Kay Johnson, with the support of the National Center for Children in Poverty, reviewed state-based home visiting programs in all 46 respondent states. As home visiting has increasingly been a strategy to improve pregnancy outcomes, parenting skills, and child health and development, the intent of the study was to inform the decisions of national and state leaders about home visiting programs to assure cost effectiveness and quality. State-based Home Visiting Strengthening Programs Through State Leadership.
Enduring Effects of Prenatal and Infancy Home Visiting
Olds, D., Kitzman, H. et al. Enduring Effects of Prenatal and Infancy Home Visiting by Nurses on Maternal Life Course and Government Spending, Archives of Pediatric and Adolescent Medicine, Vol. 164, No. 5, May 2010.
David Olds and Harriet Kitzman and their collaborators reviewed the results of a randomized controlled trial among children at least 12 years of age whose families had received Nurse-Family Partnership home visiting services in Memphis, Tennessee. Findings showed the program improved maternal life course and reduced government spending among children through age 12 years. Content Abstract
The Case for Home Visiting
The Case for Home Visiting. Pew Center on the States Issue Brief, May 2010.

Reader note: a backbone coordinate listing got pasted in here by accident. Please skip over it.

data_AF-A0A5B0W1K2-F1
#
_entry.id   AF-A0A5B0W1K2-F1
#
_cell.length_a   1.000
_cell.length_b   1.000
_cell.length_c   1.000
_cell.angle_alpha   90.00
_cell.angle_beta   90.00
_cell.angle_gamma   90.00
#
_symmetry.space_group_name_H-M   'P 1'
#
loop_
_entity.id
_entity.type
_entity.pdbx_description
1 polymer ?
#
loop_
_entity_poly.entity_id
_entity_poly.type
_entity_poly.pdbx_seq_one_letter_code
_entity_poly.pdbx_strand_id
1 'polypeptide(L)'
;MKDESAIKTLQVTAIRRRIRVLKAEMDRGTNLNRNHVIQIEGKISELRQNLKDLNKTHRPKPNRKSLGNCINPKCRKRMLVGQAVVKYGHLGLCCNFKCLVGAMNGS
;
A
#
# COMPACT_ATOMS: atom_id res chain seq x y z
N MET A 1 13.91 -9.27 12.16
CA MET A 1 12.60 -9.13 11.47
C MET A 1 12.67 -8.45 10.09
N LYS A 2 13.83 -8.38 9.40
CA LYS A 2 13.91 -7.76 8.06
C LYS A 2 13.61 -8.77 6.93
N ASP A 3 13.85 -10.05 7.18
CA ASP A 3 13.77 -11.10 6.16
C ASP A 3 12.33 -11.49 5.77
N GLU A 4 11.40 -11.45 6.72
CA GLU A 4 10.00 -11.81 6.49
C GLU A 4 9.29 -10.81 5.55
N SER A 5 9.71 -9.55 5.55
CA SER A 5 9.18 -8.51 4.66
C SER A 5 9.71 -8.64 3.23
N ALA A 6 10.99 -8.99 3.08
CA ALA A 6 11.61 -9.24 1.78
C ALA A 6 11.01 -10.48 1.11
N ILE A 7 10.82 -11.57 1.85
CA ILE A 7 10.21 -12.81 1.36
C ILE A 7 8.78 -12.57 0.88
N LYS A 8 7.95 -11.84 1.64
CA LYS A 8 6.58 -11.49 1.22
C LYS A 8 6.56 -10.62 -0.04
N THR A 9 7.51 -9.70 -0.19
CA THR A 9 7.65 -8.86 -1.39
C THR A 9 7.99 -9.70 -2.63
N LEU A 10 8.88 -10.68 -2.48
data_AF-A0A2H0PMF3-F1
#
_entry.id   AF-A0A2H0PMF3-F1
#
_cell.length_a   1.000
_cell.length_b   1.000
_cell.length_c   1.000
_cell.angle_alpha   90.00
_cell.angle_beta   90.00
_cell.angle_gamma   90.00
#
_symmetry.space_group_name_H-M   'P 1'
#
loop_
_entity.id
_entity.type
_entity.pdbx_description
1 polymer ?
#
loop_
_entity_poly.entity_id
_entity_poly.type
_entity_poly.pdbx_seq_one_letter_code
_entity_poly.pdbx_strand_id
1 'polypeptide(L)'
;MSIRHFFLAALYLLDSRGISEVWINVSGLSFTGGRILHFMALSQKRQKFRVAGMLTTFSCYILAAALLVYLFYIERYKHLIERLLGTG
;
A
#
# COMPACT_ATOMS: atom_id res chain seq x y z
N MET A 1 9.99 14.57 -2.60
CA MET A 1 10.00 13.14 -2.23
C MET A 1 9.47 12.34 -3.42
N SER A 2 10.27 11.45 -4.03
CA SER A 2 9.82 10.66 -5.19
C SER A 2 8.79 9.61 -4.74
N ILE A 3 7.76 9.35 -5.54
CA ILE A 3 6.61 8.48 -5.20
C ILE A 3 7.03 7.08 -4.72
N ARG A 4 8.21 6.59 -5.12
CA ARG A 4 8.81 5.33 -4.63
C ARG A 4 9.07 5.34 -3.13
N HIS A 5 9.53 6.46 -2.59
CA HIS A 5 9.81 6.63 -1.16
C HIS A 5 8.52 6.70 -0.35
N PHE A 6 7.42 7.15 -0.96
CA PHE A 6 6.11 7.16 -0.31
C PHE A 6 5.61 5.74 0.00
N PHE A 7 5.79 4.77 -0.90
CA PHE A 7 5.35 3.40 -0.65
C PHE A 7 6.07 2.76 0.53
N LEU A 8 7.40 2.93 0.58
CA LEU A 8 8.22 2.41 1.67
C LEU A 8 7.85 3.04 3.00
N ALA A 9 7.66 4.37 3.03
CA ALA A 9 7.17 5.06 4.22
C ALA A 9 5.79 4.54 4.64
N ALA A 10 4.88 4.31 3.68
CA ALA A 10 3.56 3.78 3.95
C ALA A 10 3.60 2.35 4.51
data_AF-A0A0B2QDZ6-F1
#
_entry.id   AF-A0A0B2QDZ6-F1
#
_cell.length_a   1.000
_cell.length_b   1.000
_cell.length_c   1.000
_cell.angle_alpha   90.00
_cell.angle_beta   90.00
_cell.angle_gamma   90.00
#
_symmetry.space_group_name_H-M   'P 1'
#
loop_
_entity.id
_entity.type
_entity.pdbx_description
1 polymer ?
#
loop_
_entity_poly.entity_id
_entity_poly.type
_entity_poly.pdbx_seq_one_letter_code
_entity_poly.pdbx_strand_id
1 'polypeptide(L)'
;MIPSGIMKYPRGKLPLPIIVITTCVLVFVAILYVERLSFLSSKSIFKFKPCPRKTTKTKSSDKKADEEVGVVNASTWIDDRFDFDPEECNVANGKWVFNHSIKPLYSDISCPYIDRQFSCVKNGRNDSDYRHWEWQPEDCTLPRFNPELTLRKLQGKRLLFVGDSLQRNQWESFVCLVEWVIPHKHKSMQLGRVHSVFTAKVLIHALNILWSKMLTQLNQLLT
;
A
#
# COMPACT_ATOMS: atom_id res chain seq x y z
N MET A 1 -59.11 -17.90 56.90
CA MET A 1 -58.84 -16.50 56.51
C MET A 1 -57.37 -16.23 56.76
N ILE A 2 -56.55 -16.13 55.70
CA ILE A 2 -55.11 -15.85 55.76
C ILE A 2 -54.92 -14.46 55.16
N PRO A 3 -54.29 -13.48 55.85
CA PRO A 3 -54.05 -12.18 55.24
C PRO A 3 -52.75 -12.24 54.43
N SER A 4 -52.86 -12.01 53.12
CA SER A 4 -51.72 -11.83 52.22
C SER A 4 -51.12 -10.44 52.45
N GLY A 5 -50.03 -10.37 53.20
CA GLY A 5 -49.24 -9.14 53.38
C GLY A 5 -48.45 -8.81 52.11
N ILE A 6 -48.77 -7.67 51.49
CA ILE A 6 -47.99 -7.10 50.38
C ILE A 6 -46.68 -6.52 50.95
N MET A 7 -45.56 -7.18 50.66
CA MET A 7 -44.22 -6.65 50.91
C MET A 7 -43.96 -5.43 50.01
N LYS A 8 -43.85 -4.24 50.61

The Pew Center partners with policy makers and advocates to promote smart investments in quality, voluntary home visiting programs. This Pew Center on the States Issue Brief highlights the effects quality home visiting programs have on improving maternal and child life course for expectant and new families. Pew Center on the States Issue Brief
Wisconsin First Step
Information and links to services for children and youth with special needs, their families and providers. Call (800) 642-7837 to speak with a parent specialist. Information is available on services such as Birth to 3/early intervention, financial assistance, parent networking and support, home health care, therapy services, CYSHCN Regional Centers and more.
Maternal and Child Health (MCH) Hotline
Information and links to services for pregnant and postpartum women and children. Call (800) 722-2295 for information on BadgerCare Plus, WIC, HealthCheck, maternal depression, Prenatal Care Coordination, family planning, developmental screenings, and more.